An ocean “thermostat” was recently proposed that limits Western Pacific Warm Pool (WPWP) sea surface temperature (SST) causing anomalously low coral bleaching rates. We analyze WPWP SST trends and bleaching using HadISST data and a coral bleaching database and find no strong evidence for a thermostat or for anomalously low bleaching. A region within the WPWP has a trend of maximum SST near zero, but this signal is not robust – by using different data or periods the signal disappears. We do find a negative correlation between the average warmest month for the years 1950–1969 (average SST max) and the linear trend of maximum monthly temperatures for the years 1950–2006 (linear trend SST max). However this correlation is not unique to the WPWP, it is also observed in a cooler region. Consequently it can not be explained by a thermostat. The observed sparsity of bleaching observations in the WPWP is not in agreement with estimated bleaching likelihood. The sparsity of observations is more likely due to the WPWP's remoteness.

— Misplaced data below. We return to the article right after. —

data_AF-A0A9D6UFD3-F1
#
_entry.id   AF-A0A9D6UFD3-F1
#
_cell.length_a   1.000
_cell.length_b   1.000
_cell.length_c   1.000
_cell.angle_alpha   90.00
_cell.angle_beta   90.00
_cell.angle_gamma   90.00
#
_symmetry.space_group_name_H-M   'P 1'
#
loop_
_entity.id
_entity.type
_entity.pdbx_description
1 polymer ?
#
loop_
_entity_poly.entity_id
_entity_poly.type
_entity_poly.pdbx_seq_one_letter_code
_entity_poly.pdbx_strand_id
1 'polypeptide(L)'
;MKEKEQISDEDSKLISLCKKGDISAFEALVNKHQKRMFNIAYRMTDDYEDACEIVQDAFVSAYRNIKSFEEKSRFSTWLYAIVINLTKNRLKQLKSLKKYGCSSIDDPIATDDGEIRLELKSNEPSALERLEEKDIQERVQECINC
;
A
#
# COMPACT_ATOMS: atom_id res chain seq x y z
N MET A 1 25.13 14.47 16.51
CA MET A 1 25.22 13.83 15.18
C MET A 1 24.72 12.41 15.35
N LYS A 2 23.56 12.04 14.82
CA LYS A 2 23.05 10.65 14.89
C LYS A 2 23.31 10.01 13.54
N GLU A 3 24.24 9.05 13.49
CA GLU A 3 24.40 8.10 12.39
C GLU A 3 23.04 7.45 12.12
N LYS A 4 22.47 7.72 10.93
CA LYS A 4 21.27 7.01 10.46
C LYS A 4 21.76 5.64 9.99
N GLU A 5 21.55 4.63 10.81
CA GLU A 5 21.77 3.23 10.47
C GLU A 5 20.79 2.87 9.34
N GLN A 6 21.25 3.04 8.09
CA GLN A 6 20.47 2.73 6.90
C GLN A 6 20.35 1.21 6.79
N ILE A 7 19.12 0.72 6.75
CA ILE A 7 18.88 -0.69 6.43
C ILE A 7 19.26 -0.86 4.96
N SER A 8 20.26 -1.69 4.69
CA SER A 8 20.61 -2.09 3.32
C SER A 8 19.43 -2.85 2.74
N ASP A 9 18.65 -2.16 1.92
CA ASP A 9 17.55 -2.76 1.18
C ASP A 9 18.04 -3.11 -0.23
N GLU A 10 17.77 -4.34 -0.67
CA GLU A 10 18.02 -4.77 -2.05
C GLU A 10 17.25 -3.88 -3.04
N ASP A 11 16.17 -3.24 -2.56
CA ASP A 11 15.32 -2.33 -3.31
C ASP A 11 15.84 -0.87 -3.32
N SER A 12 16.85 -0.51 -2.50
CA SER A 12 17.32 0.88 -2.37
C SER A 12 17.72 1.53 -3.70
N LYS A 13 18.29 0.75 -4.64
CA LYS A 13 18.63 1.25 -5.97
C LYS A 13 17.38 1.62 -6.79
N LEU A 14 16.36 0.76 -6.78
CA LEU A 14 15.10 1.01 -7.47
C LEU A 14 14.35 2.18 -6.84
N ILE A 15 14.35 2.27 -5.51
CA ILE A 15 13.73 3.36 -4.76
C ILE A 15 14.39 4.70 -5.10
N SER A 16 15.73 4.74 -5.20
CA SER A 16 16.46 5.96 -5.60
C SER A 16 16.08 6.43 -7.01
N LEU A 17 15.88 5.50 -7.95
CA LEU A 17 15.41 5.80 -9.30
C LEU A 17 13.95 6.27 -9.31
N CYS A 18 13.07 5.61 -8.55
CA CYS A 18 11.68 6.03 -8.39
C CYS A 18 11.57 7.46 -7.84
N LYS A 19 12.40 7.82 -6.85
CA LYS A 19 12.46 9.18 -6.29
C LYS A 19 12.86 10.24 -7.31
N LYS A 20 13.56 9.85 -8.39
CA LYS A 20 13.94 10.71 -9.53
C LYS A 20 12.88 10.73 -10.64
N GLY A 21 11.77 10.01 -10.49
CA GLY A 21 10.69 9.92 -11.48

coral bleaching, ocean thermostat, Western Pacific Warm Pool
Date of this Version
van Hooidonk, Ruben and Huber, Matthew, "Equivocal Evidence for a Thermostat and Unusually Low Levels of Coral Bleaching in the Western Pacific Warm Pool" (2009). Department of Earth, Atmospheric, and Planetary Sciences Faculty Publications. Paper 170.